Sales Hacker Chat Recap With Jill Konrath

Q1: What Do you Feel Is the Greatest Issue Facing Sales Professionals Today?

Overwhelm. Every seller I talk to feels crazy-busy, like they’re working day and night. It’s been a growing trend. Most recently, research by @CEB_Sales confirmed that seller overwhelm is the #1 issue too. It’s affecting performance too. Despite working more hours, sellers are getting less done & feeling more stressed. A major root cause is digital distractions. Getting sucked into email, LinkedIn, Twitter & more. All the time. Digital distractions cause everything to take longer and eat up 1-2 extra hours/day. To see if you have a problem, download a preview of More Sales, Less Time & take the quiz.

Q2: How Can Sales Professionals Better Manage Online Distractions?

Start by getting a baseline. As I talk about in More Sales, Less Time, a good app for that is RescueTime. With RescueTime you discover your biggest time sucks. It’s eye-opening, and embarrassing to find out how you work. A sales pro can leverage apps like Freedom to prevent them from going online for periods of time. It’s essential to turn off all notifications too. They are constant temptations to take you off task. Another suggestion is to close down email when you’re done checking it. It’s hard for sellers to do, but essential.

Q3: What can sales professionals do to drive More Sales in Less Time?

Once a sales pro has regained control of their distractions, the next thing to do is focus on what matters most. Every day/week, it’s crucial to ask: What will make the biggest difference … and make everything else easier if I do it?” For most sellers, the key is to increase customer-facing activities and prep time to ensure you do a good job. Plan your day and week before you begin. Block off time segments for essential activities. Take breaks too. At least once an hour, get up and move. It’ll re-energize you and make you more strategic/creative.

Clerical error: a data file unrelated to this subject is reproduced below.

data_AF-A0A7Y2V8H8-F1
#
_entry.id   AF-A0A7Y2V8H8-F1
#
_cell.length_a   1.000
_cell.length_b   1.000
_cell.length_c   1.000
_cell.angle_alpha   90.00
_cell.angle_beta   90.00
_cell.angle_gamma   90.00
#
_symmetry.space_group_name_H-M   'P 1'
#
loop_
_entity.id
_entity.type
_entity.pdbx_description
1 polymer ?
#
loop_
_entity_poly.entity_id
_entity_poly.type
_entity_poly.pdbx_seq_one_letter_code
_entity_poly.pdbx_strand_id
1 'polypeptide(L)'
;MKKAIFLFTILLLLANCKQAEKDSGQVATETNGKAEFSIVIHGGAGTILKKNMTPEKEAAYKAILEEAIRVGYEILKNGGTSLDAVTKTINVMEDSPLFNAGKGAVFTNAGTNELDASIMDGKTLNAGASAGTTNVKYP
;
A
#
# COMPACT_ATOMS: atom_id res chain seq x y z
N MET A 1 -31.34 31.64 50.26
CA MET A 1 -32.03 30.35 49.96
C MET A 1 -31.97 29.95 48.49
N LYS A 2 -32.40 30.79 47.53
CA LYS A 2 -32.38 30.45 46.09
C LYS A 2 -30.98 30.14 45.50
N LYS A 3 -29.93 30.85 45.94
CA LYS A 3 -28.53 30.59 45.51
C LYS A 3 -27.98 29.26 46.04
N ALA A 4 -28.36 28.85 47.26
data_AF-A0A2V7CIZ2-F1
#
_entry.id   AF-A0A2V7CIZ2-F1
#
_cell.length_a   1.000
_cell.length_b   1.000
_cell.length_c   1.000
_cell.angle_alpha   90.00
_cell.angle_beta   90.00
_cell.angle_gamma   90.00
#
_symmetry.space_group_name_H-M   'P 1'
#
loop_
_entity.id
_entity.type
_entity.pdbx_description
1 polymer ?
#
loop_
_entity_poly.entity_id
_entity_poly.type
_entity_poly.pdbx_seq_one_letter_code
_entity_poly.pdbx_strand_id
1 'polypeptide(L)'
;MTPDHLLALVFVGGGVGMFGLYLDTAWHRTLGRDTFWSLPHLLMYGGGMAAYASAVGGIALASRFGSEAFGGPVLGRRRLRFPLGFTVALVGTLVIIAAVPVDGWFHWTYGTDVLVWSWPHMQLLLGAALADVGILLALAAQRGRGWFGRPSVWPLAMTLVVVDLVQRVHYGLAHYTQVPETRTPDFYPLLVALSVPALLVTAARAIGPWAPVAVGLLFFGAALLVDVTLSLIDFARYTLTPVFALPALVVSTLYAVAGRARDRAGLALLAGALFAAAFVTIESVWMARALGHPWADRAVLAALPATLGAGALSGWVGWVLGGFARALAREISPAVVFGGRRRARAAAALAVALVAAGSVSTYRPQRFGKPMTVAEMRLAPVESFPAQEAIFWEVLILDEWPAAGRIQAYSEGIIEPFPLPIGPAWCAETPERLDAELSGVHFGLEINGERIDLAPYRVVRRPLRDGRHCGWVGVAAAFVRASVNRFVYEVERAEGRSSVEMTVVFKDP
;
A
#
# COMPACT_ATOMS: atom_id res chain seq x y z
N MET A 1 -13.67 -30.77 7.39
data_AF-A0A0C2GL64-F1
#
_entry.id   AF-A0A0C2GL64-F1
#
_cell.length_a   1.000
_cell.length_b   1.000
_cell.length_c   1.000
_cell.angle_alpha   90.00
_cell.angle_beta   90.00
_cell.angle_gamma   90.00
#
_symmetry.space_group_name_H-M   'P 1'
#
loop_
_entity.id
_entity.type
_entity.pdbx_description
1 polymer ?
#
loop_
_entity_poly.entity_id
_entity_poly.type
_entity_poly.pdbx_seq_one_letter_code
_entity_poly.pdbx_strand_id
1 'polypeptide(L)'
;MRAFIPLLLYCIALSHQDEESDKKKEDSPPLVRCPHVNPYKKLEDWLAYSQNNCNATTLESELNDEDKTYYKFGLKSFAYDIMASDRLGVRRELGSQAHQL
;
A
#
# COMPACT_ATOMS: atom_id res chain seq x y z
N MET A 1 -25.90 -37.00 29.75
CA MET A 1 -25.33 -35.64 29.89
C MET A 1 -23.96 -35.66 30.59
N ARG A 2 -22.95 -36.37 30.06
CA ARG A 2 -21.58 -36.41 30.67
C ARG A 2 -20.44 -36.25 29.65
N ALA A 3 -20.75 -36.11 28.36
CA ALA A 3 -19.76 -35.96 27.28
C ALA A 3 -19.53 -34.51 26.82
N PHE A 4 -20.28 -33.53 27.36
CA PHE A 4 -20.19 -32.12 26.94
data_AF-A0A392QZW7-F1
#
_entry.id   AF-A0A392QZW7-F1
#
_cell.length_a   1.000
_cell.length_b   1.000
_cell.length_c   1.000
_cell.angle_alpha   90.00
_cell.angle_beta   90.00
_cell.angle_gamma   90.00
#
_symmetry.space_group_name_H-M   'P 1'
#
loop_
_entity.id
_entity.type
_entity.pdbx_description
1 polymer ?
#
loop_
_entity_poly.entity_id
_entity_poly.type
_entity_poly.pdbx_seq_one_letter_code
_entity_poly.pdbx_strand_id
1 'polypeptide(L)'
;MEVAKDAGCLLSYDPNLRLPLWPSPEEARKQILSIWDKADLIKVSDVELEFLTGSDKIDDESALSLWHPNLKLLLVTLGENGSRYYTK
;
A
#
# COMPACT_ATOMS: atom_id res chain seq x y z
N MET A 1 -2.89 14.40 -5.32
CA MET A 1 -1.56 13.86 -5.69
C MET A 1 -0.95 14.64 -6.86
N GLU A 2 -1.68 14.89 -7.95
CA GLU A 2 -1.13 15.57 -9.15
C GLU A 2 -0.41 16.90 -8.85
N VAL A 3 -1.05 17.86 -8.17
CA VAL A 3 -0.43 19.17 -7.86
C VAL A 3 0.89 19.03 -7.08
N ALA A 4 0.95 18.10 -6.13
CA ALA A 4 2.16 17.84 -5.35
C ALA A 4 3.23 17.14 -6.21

Q4: How can sales professionals leverage systems thinking to lighten their workload?

First thing is to identify possible “systems” in what they do–like prospecting, proposals or presentations. Let’s look at prospecting: it’s a coordinated set up “touches” that roll out over time – a system. Rather than treating each touch as a unique event, smart sellers develop the whole system at the onset. Then, they search for ways to improve the system, identifying what’s working and what needs tweaking.

Q5: What can sales professionals do to motivate themselves to do tough tasks?

Tough tasks? Like prospecting, dealing with a challenging customer issue? Personally I love the Pomodoro technique It’s like playing beat the clock. Set a timer for 25 minutes, then get to work and get it done. After 25 minutes, take a 5-minute break where you get up and leave your desk. Move. Then repeat this cycle two more times before taking a 15-minute break. You’ll be amazed at how much you can get done this way. Guaranteed to double your productivity.

Q6: Where Do Most Deals Go South(west) And How Can Sales Professionals Prevent Them?